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“Hi Liz! So glad we’re meeting this morning. Do come in.” So welcomed Ellen Sheire standing in her doorway, her brown eyes shimmering with light, her amber bangles and earrings complementing her shirtwaist dress. It was March 1988, a humid morning that would launch decades of dream analysis with my new helper, a Jungian-trained analyst. I had nowhere else to go, racked, as I was, by terrifying dreams imaging physical and psychic disorders.

Denial screened the enormity of this undertaking: the complete gut job of my psyche, given its mishmash of others’ values ill-suited to my individuation. With no sense of who I was, with no voice, I was slowly dying.

What was obvious to Ellen those first weeks of dream analysis was my disease of alcoholism. However, denial thwarted entering12-Step recovery and the brownstone across the street until 1991. There, I learned about letting go and letting God, a process that continues into the present.

Interesting that Ellen never sought to fix me, rather midwifed me toward the God-given riches buried within my unconscious. Her tactics were simple: recommended Jungian authors who amplified the elucidation of my dreams each week; travel with Jungian study groups to Sacred sites of the Feminine in western Europe; active imagination with spirit guide Michael for, ten years; memoir writing, once retired; and monthly meetings of the local C. J. Jung Society. Thirty-three loose-leaf binders evidenced the fruitfulness of our relationship.

A woman of selfless joy, Ellen Sheire drew me to her study those Friday mornings from which I emerged with renewed hope, even laughter, to continue this arduous work. My gratitude is boundless.

From this vantage point, I’m deeply content to return this gift of life, with her finger prints, to Creator-God, whenever, however…



For Immediate Release                  Contact Information – Mary Elizabeth Moloney                                                                                    314.962-0390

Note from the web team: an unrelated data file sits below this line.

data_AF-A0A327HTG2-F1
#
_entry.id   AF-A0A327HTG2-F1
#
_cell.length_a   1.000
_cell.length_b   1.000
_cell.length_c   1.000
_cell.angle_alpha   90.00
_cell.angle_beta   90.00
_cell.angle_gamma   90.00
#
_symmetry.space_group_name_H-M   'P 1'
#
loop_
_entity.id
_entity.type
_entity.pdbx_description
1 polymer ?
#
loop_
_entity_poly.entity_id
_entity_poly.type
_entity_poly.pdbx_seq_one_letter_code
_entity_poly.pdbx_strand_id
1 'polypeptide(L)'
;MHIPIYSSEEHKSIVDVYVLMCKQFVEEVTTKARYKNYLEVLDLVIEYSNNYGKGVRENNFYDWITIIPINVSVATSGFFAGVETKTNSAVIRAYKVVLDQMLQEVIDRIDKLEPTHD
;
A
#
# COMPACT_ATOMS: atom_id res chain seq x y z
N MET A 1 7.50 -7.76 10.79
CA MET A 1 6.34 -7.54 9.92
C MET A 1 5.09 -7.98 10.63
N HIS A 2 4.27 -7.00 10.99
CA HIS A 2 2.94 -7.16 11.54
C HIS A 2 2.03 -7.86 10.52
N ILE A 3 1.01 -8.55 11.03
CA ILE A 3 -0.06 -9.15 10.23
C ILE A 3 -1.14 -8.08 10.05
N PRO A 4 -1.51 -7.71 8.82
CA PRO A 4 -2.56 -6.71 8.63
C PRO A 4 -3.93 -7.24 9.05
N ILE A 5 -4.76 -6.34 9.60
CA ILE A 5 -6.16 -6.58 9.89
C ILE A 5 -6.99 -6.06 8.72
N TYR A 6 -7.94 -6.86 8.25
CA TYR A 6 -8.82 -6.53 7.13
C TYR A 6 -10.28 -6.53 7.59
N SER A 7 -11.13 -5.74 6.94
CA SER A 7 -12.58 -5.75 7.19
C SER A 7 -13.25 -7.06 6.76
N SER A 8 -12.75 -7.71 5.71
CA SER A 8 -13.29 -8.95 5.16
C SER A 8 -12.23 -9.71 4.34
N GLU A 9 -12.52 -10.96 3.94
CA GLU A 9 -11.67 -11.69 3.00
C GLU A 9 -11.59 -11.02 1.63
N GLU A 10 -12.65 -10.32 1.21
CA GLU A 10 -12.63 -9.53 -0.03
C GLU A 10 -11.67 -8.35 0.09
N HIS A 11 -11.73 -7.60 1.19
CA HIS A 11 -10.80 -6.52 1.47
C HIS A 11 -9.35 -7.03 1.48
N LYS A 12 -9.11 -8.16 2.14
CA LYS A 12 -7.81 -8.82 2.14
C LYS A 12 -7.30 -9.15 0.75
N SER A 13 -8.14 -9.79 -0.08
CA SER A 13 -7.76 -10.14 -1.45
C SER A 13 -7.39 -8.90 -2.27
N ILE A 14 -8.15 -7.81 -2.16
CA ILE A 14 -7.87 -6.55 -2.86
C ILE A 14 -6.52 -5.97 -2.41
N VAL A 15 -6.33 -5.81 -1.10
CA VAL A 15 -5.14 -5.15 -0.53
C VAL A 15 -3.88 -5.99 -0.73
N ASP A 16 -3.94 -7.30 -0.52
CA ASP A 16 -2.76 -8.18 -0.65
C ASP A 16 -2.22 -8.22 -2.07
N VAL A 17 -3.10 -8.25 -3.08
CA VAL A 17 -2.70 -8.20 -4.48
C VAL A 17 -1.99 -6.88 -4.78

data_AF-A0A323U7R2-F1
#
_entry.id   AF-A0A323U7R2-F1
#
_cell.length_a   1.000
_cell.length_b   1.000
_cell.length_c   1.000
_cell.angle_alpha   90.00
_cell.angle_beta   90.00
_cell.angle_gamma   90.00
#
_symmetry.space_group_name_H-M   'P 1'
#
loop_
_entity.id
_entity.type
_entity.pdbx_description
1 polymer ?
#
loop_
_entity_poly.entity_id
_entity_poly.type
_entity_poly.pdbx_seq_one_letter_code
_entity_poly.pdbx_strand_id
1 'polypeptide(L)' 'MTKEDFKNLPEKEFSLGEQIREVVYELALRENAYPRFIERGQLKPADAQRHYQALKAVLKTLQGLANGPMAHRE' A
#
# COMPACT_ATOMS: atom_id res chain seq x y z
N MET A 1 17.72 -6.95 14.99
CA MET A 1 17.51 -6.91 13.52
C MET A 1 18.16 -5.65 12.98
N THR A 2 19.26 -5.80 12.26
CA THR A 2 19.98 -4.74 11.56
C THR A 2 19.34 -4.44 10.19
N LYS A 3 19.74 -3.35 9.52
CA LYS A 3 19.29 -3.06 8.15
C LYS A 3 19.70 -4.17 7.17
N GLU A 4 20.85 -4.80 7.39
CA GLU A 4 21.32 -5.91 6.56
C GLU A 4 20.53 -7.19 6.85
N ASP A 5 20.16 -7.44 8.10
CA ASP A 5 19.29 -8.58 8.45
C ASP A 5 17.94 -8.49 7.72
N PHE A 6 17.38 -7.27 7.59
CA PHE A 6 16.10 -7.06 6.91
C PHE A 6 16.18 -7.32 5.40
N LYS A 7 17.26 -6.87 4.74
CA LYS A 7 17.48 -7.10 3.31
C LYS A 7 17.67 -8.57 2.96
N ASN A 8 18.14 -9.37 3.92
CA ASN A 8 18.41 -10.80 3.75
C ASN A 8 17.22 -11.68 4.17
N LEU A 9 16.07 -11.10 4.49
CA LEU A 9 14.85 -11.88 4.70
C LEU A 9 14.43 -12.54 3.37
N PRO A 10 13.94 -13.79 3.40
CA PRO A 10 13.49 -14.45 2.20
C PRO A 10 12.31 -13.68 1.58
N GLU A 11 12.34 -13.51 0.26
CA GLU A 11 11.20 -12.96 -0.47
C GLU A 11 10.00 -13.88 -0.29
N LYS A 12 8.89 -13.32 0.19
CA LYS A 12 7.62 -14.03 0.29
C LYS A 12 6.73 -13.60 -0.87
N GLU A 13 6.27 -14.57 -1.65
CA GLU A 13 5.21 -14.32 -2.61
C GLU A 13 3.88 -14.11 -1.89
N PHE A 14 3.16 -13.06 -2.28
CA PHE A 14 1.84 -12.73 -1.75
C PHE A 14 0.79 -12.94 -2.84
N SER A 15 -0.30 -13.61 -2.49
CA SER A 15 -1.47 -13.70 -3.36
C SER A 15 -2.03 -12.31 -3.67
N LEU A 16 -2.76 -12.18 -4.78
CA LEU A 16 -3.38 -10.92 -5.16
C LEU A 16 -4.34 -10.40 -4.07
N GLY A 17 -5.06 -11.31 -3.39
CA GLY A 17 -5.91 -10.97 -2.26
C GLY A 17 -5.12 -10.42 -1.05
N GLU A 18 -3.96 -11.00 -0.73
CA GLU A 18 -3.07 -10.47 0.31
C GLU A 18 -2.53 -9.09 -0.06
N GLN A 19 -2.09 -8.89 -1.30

March 10, 2012                                      

In her memoir, Elizabeth – learning to dress myself from the inside out, St. Louis writer, Mary Elizabeth Moloney, narrates her arduous path of individuation that lessened the effects of a negative mother complex.


St. Louis, Missouri. Dr. Carl G. Jung, Swiss psychiatrist and founder of Analytical Psychology in the last century, first explored complexes, emotionally explosive contents in the unconscious that thwart psychosocial and spiritual development. One of these is the mother complex, an enmeshment with her offspring that renders them incapable of separating from her, of developing psychic strength to forge their own life paths. If unrecognized, multiple disorders occur in the offspring: no organized sense of self, depression, low self esteem, free-floating anxiety, distortions in perception, inability to learn and make decisions, insomnia, even physical problems.

Such disorders compelled Mary Elizabeth Moloney to enter Jungian analysis in 1988. No longer could she endure her shadow existence under her mother’s dominance. Years of dream study evolved into the practice of active imagination and her eventual transcendence from this complex through the Transcendent function. This memoir narrates this process.

Each chapter contains a vignette of an outfit, bought by Mary’s mother for a significant occasion, beginning with her First Holy Communion dress. Through this device used in subsequent chapters, the reader experiences the crippling mother-daughter relationship over the years, culminating in the onset of rheumatoid arthritis in Mary. Paradoxically, chronic pain, multiple knee surgeries, and ineffective drugs prodded the search for her true self. Significant dreams, included in the memoir, led to separations from her Mother and family of origin, her years in the convent, her marriage, and her church. Uncovering her addictive personality also led to 12-Step living supported by the fellowships of Alcoholics Anonymous and Alanon. Through them, she continues to learn how to dress herself from the inside out, together with the gift of daily dreams, challenging her to an even deeper honesty and humility with her God.

Mary retired from hospice work in 2001 to begin this arduous memoir. She urges her readers to make peace with their pasts before transitioning to the next life. She also welcomes opportunities to share this remarkable story.

Elizabeth – learning to dress myself from the inside out. ISBN: 978-0-9848097-0-7. Available online at


Available on Amazon

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